JUST WINGING IT: THE ONE WHERE THE PROFILER GETS PROFILED

It’s that time, Wingman faithful. Your chance to turn the tables on me and make the advisor the advisee. See? All those quips about man jewelry and wearing bad shoes are about to come back and bite me in the ass. Somewhere, scorned dudes everywhere are lining up to give their two cents.

Be nice, y’all.

So below you’ll find the “About Me” section of my Match.com profile. I found it unexpectedly stressful to sum up who I am for the male online dating population at large. Way more difficult than writing my editorial bio for Miss Wingman…or my grad school thesis, for that matter.

Let me know what you think. Do I sound normal? Overly dude-like? Sarcastic? I consider that last one a compliment, by the way. Also this is my profile photo that appears with the accompanying text.

There’re other photos, too, but they’re all similarly framed – from the waist up. I realize that not having full length shots may make people wonder if I’m a size 2 up top and a 12 on the bottom – or if I have, like, a wooden leg or something – but this chick doesn’t take many head-to-toe pics. Not without other people in them, at least.

RenataNov1

Don’t forget to keep it right here for more of Miss Wingman’s Good Man Experiment, aka “Where Are All The Good Men In NYC?” so that you can play along at home with my version of Choose Your Adventure: Dating edition. Sigh.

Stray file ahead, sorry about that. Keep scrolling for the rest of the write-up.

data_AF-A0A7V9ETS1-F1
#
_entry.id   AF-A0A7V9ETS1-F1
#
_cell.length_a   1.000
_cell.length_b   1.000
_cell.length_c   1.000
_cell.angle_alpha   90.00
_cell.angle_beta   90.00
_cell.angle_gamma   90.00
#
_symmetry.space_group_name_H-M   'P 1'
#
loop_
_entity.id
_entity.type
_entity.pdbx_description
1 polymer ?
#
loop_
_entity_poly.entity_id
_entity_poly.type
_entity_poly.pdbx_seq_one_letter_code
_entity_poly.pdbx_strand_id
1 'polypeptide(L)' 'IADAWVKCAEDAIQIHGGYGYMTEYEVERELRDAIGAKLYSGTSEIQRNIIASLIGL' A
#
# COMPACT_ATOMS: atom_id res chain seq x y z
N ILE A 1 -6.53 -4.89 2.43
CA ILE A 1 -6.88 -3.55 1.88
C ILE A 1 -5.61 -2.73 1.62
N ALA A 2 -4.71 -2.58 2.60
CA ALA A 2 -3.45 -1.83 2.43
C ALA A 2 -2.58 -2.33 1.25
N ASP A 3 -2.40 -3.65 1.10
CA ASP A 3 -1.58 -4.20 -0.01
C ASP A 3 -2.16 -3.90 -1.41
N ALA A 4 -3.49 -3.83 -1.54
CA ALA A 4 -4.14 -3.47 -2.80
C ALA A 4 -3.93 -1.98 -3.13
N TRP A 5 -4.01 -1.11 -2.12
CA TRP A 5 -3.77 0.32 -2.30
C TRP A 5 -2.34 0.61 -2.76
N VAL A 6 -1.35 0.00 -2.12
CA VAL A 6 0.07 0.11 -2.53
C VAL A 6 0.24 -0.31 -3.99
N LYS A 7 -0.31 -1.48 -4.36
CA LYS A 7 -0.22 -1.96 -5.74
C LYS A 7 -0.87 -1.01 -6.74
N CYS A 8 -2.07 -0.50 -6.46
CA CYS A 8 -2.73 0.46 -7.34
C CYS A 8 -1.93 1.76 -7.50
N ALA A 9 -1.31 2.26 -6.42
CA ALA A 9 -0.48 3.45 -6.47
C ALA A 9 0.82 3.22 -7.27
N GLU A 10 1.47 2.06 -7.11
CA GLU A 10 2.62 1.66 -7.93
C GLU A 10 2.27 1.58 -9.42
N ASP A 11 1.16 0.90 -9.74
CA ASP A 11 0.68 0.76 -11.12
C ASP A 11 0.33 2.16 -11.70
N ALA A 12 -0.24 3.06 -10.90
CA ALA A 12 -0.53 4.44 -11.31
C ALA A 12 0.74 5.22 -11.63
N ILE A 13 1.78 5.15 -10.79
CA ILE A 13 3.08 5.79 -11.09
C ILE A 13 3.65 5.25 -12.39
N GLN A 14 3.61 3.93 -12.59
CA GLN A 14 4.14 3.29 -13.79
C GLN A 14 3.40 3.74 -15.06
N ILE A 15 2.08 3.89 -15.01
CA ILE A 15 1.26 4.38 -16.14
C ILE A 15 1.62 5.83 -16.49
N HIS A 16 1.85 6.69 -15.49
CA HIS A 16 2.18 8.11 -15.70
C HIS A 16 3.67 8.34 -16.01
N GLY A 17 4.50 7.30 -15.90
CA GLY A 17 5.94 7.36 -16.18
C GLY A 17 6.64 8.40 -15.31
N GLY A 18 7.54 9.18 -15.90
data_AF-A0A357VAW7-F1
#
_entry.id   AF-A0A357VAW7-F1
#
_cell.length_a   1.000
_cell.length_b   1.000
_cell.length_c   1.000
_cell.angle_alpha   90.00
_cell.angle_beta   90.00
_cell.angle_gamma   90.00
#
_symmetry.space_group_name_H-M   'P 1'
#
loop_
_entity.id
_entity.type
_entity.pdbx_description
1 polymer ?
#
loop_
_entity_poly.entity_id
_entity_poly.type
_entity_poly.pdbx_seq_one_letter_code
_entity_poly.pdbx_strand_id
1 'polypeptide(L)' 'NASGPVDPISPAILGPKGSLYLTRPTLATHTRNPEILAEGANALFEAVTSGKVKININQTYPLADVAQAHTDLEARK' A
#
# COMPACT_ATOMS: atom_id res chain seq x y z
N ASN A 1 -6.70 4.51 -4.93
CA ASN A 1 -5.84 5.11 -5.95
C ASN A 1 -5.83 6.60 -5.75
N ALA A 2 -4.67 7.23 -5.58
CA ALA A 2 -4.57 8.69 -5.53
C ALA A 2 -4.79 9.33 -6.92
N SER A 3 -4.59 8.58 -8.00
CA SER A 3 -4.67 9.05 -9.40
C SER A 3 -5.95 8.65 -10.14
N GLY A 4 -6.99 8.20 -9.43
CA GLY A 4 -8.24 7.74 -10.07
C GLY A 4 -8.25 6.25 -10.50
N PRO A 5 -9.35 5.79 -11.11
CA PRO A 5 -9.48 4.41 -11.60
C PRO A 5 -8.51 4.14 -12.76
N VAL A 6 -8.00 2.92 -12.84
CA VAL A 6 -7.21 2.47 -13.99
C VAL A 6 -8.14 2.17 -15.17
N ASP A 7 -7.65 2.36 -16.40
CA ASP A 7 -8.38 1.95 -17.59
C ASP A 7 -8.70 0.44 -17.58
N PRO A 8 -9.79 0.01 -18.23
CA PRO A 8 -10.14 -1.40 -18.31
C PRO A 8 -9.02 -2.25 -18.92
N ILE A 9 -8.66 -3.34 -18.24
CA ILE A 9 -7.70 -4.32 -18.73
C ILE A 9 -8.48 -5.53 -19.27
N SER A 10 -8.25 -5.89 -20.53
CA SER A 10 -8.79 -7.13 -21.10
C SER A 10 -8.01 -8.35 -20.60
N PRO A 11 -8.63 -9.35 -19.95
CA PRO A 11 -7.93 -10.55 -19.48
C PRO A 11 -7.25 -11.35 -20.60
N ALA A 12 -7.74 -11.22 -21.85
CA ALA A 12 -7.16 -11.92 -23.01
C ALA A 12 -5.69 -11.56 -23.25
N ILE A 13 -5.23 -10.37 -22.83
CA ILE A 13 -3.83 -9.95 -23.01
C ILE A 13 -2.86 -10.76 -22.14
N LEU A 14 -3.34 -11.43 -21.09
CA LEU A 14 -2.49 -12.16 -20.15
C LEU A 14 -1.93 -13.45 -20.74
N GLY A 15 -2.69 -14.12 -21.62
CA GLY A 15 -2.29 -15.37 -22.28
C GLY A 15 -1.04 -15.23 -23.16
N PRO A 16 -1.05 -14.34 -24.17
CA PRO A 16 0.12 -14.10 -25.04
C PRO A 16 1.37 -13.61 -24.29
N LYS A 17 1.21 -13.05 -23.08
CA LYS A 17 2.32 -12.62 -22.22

Until then, as per usual, I’ll be Just Winging It.THAT’S WHAT SHE SAID

* * * * * * * * * * * * * * * * * * *

Profile name: WRITERCHICK**** (digits omitted)

Headline: “Headlines are way too much pressure.”

The first rule of being on a dating website is don’t talk about being on a dating website in your profile…or maybe that was Fight Club.

Nothing I write here could adequately describe who I am (ironic, since I write for a living), but here’s a stab at the Cliffs Notes version of me:

-I fall asleep most nights to SportsCenter.
-I have an unnatural addiction to Fresh and Co salads and guacamole.
-People who eat on the subway repulse me.
-I’ve interviewed most of my musical idols.
-I don’t like anything as much as I love my family.
-My knowledge of pop culture borders on embarrassing.
-I find my zen through a heavy bag or running shoes.
-I wanted to be a Huxtable growing up.
-Getting my Masters in Journalism was the best decision I ever made. Hoya Saxa!
-I live by the mantra, “Don’t listen to anything they say, just pay attention to what they do.”
-Hearing my nephews’ feet bounding down the hall and them exclaiming my name as they run to answer the door is my favorite sound of all time.
-I will probably never give up cheese, carbs or scotch. And I’m OK with that.
-People who make me laugh have a leg up on the rest.

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AND TODAY’S WINNER IS…

tinderphoto

Whilst perusing the never-ending dude army that is Match and Tinder, Miss Wingman recently found this dude. Yeah. 

And though sadly, no, my type does not involve abs that look like your diet consists of 50% tuna, 50% Met-Rx, 0% carbs (seriously, bro?), I felt the need to share this with you. Why? Because this is the type of thing we’re dealing with here, kids.

Even more ridiculous than the married guys with profiles who give zero fucks about unabashedly showing their wedding rings in photos are dudes like the above male.